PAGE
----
• 4. :*.E6!:!G())15$! 716$#!1+*!C1+(616(.+! To address community members’ immediate water needs, Free The Children has built a rainwater catchment system at the school site in Emori Joi. Due to the size of the school, Free The Children and the community members are working hard to install additional gutters to maximize the rain catchment systems. The success of the rain catchment sys- tems is impacted by this year’s drought, but remains an important source of clean water. Additional sup- port for Emori Joi’s water needs is coming from the nearby community of Enelerai where Free The Chil- dren has recently drilled a water well. The well will serve thousands of people from both Enelerai com- Students understand the importance of washing munity and Emori Joi. We will be creating wide- their hands! spread availability of clean water through multiple access points via an extensive piping system. Water :)6$#+16(M$!N+=.-$! kiosks will be provided to facilitate proper collection The women who regularly attend Free The Chil- of the water. Over the next six months this infra- dren workshops go on to not only implement the structure will provide Emori Joi citizens with close skills and knowledge they gain regarding financial and plentiful access to clean water for all. literacy and microenterprise development, but also to implement other important aspects of Free The Children programming including those pertaining to health, education and water and sanitation. Free The Children has held 20 workshops and training sessions for women in the community. Through these trainings the alternative income programming is benefitting over 1050 people in Emori Joi. Since our last report the alternative income projects have helped purchase 60 goats and equipment to sup- port 150 beehives for the bee-keeping projects. Currently 30 women are involved in the bee- keeping projects, with each one managing 5 hives. The majority of the hives have been colonized and many community members are looking forward to Women from Emori Joi form women’s groups their first harvest and subsequent sales. where they learn important lessons O$1)6& Free The Children’s lunch program has benefitted all 624 students. Free The Children led workshops have provided health information and training to 30 women, 20 girls, and 40 additional students through the clubs who are all now ambassadors of healthy living in the community. The mobile health clinics continue to treat people on a monthly basis. One of the other ini- tiatives in Emori Joi that contributes to better health outcomes is the community garden and nutrition pro- gram. Over 800 people benefit from the garden pro- jects. Thus far, 15 gardens have been planted and Emori Joi now has many community gardens that 9427 trees have been planted. There have been 20 community workshops surrounding environment, agri- ! grow healthy vegetables culture, community gardens and nutrition.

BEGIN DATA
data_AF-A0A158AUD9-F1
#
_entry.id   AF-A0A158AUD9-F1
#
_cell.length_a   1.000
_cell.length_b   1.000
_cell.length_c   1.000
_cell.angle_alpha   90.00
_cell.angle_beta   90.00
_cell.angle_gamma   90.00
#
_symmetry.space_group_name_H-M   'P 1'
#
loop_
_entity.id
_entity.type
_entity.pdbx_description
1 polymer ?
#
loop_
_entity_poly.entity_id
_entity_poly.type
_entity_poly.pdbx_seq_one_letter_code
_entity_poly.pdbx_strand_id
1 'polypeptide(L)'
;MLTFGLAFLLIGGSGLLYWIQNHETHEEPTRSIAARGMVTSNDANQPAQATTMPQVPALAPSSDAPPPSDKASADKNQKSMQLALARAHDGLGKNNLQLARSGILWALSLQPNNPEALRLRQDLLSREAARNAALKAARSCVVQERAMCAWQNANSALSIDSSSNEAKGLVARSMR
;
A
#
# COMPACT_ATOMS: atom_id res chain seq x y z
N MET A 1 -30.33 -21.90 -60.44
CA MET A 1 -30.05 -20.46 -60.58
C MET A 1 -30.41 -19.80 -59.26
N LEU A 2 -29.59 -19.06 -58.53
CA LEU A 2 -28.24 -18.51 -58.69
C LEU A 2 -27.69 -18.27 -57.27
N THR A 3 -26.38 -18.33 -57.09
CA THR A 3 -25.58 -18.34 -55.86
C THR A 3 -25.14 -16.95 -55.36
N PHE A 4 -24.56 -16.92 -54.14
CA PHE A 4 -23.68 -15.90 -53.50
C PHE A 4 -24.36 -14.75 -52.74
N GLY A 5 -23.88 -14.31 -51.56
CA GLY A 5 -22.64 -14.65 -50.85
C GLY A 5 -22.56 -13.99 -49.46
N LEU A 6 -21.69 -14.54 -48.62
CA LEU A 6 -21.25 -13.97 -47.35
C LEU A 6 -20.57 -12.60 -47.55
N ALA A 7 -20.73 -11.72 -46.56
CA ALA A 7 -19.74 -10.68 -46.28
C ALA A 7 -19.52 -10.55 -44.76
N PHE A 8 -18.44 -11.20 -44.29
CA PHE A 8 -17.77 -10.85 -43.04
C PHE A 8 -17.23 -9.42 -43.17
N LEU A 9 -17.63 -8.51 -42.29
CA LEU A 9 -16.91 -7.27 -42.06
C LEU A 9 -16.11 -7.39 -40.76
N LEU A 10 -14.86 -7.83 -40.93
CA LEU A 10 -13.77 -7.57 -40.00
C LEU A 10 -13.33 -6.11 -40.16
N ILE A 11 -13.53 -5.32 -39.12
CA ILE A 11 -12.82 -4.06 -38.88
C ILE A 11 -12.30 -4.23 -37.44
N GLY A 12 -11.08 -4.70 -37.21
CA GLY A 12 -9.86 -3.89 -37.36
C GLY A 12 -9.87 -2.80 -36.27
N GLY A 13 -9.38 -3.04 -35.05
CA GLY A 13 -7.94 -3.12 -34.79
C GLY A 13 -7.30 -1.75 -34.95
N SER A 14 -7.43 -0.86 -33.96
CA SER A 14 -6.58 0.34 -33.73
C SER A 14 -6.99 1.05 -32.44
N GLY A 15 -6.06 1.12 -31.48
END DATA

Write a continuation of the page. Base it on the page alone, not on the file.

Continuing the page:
• 5. :!7.#)*!.< !N-E1=6! 8$$6!P$.+1#*!C$#I$#!8D+1(! Leonard is a bright 17 year-old, growing up to be a caring young man and active citizen within his community. He is an eager student who enjoys mathematics, social studies, and Kiswahili. Leonard works hard towards aca- demic achievement and his parents recognize his efforts, making Leonard feel even more proud of the education he is earning. Free The Children has impacted Leonard’s life in many ways. Leonard feels privileged to be a part of the new school and especially enjoys the beautiful trees and flowers in the school garden as they add to the positive learning environment. At home, Leonard has noticed the impacts of Free The Children’s alternative income programs. The women in the commu- nity have begun investing in an exciting, new beekeeping project and can sell surplus from their kitchen gardens. Not only this, but the women are learning important health lessons through their women’s groups which they are implementing in their own homes, such as having a hand-washing station, a dish rack, and boiling water. Leonard says: “These lessons have improved the living standards within our homes; and diseases are on the decrease now.” Free The Children has also implemented vari- ous initiatives, such as the Feeding Program and rain catchment systems for water collec- tion, which have freed up more time in Leo- nard’s day to study and spend time doing the things he loves most, like playing football and singing. He has noticed improvements in his health as well by practicing proper hygiene, eating a balanced diet by supplementing meals with vegetables grown in a kitchen gar- den, and by making use of the mobile health clinics. Leonard dreams of furthering his education so that he can one day become a doctor, give back to his community and help the poor. He hopes to have a strong marriage, be a good partner, and to inspire other children to be- come role models for each other. He envi- Leonard dreams of becoming a doctor to give back to sions a future where all people live in peace his community and help other children ! and harmony.